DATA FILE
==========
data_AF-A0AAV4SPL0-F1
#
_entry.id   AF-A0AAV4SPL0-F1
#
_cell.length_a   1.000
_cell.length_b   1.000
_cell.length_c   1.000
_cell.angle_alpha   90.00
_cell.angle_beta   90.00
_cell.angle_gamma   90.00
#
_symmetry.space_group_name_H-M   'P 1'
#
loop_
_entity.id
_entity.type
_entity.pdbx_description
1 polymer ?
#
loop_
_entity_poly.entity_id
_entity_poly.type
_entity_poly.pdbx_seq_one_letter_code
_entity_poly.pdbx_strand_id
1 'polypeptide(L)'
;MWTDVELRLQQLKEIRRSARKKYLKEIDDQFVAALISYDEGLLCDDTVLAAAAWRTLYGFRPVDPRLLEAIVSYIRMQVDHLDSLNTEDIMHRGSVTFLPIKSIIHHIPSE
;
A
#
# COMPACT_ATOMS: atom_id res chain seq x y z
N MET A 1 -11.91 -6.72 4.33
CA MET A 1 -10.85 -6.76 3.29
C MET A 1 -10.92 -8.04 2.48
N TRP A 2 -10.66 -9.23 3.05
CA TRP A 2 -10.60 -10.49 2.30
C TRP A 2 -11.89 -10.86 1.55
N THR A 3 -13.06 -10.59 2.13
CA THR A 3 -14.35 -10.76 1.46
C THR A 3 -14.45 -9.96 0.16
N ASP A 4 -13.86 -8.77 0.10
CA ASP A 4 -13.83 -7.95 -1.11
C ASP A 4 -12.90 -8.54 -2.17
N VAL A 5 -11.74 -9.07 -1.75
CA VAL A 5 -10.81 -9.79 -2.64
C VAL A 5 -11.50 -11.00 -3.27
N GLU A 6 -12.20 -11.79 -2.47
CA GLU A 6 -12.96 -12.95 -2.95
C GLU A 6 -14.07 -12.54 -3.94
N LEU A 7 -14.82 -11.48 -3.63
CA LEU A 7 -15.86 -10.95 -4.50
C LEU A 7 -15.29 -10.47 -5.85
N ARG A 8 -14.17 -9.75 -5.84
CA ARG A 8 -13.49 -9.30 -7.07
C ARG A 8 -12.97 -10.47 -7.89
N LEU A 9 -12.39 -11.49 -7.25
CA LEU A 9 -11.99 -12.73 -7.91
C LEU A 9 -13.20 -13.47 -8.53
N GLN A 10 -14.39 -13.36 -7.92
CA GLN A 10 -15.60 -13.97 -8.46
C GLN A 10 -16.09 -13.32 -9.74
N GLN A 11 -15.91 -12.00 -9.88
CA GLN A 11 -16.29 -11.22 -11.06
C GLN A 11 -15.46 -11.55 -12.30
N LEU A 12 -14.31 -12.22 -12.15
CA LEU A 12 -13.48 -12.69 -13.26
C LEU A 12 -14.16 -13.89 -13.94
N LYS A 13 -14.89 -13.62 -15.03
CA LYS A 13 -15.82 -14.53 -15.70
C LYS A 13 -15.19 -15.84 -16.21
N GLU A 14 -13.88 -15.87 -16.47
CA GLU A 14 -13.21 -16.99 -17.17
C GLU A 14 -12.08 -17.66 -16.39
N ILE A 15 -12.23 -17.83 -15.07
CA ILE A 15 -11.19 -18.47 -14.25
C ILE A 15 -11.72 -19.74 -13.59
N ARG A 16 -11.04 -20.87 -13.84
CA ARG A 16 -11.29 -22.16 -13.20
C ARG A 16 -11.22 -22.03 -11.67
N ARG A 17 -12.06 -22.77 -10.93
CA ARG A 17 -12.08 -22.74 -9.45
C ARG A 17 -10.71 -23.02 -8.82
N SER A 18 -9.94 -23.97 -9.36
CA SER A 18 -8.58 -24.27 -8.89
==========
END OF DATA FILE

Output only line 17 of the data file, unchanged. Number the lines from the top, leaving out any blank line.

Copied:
_entity.pdbx_description